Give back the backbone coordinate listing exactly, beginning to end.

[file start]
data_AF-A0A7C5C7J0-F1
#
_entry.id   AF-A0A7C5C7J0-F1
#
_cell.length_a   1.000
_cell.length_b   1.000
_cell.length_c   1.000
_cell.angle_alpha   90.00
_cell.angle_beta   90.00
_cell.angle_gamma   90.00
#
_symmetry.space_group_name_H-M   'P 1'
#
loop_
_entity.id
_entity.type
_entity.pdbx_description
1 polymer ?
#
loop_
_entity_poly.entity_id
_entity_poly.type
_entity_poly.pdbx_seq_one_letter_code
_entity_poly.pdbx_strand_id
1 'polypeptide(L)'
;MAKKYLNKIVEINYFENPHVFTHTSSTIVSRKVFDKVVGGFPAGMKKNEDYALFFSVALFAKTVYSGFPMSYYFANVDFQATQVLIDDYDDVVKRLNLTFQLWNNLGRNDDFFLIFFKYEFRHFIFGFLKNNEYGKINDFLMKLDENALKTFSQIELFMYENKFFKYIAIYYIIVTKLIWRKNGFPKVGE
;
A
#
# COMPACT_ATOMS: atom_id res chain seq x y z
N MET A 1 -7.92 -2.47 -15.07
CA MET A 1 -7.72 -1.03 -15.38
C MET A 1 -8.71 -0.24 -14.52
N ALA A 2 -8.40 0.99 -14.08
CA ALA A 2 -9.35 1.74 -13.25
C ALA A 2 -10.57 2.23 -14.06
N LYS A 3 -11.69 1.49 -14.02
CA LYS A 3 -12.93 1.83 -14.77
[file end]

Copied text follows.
data_AF-A0A7C5C7J0-F1
#
_entry.id   AF-A0A7C5C7J0-F1
#
_cell.length_a   1.000
_cell.length_b   1.000
_cell.length_c   1.000
_cell.angle_alpha   90.00
_cell.angle_beta   90.00
_cell.angle_gamma   90.00
#
_symmetry.space_group_name_H-M   'P 1'
#
loop_
_entity.id
_entity.type
_entity.pdbx_description
1 polymer ?
#
loop_
_entity_poly.entity_id
_entity_poly.type
_entity_poly.pdbx_seq_one_letter_code
_entity_poly.pdbx_strand_id
1 'polypeptide(L)'
;MAKKYLNKIVEINYFENPHVFTHTSSTIVSRKVFDKVVGGFPAGMKKNEDYALFFSVALFAKTVYSGFPMSYYFANVDFQATQVLIDDYDDVVKRLNLTFQLWNNLGRNDDFFLIFFKYEFRHFIFGFLKNNEYGKINDFLMKLDENALKTFSQIELFMYENKFFKYIAIYYIIVTKLIWRKNGFPKVGE
;
A
#
# COMPACT_ATOMS: atom_id res chain seq x y z
N MET A 1 -7.92 -2.47 -15.07
CA MET A 1 -7.72 -1.03 -15.38
C MET A 1 -8.71 -0.24 -14.52
N ALA A 2 -8.40 0.99 -14.08
CA ALA A 2 -9.35 1.74 -13.25
C ALA A 2 -10.57 2.23 -14.06
N LYS A 3 -11.69 1.49 -14.02
CA LYS A 3 -12.93 1.83 -14.77